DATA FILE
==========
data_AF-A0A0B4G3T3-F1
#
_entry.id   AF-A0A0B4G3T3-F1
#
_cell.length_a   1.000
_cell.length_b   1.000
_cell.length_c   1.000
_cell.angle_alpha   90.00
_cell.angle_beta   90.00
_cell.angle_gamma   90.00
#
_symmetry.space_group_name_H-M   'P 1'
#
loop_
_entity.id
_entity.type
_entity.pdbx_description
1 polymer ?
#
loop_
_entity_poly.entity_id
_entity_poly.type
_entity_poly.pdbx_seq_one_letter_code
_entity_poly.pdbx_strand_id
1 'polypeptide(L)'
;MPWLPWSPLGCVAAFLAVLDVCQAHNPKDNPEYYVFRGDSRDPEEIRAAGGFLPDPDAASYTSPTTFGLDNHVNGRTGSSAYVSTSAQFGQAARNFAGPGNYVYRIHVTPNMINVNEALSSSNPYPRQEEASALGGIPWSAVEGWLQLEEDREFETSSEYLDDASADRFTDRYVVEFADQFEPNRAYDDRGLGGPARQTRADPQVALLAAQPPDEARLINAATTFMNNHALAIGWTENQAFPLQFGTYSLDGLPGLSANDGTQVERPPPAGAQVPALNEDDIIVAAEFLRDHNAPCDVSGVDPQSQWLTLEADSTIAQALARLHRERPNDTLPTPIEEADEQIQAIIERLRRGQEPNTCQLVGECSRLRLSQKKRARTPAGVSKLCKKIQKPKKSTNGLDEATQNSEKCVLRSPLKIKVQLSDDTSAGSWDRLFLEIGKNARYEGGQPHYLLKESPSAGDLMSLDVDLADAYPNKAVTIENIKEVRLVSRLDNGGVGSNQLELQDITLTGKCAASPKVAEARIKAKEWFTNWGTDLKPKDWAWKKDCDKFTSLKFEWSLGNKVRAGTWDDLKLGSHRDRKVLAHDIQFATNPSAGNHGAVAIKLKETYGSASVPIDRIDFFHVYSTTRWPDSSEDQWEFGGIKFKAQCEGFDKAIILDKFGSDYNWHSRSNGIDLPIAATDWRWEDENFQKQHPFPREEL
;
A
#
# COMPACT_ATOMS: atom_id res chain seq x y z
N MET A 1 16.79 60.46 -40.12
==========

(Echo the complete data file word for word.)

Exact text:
data_AF-A0A0B4G3T3-F1
#
_entry.id   AF-A0A0B4G3T3-F1
#
_cell.length_a   1.000
_cell.length_b   1.000
_cell.length_c   1.000
_cell.angle_alpha   90.00
_cell.angle_beta   90.00
_cell.angle_gamma   90.00
#
_symmetry.space_group_name_H-M   'P 1'
#
loop_
_entity.id
_entity.type
_entity.pdbx_description
1 polymer ?
#
loop_
_entity_poly.entity_id
_entity_poly.type
_entity_poly.pdbx_seq_one_letter_code
_entity_poly.pdbx_strand_id
1 'polypeptide(L)'
;MPWLPWSPLGCVAAFLAVLDVCQAHNPKDNPEYYVFRGDSRDPEEIRAAGGFLPDPDAASYTSPTTFGLDNHVNGRTGSSAYVSTSAQFGQAARNFAGPGNYVYRIHVTPNMINVNEALSSSNPYPRQEEASALGGIPWSAVEGWLQLEEDREFETSSEYLDDASADRFTDRYVVEFADQFEPNRAYDDRGLGGPARQTRADPQVALLAAQPPDEARLINAATTFMNNHALAIGWTENQAFPLQFGTYSLDGLPGLSANDGTQVERPPPAGAQVPALNEDDIIVAAEFLRDHNAPCDVSGVDPQSQWLTLEADSTIAQALARLHRERPNDTLPTPIEEADEQIQAIIERLRRGQEPNTCQLVGECSRLRLSQKKRARTPAGVSKLCKKIQKPKKSTNGLDEATQNSEKCVLRSPLKIKVQLSDDTSAGSWDRLFLEIGKNARYEGGQPHYLLKESPSAGDLMSLDVDLADAYPNKAVTIENIKEVRLVSRLDNGGVGSNQLELQDITLTGKCAASPKVAEARIKAKEWFTNWGTDLKPKDWAWKKDCDKFTSLKFEWSLGNKVRAGTWDDLKLGSHRDRKVLAHDIQFATNPSAGNHGAVAIKLKETYGSASVPIDRIDFFHVYSTTRWPDSSEDQWEFGGIKFKAQCEGFDKAIILDKFGSDYNWHSRSNGIDLPIAATDWRWEDENFQKQHPFPREEL
;
A
#
# COMPACT_ATOMS: atom_id res chain seq x y z
N MET A 1 16.79 60.46 -40.12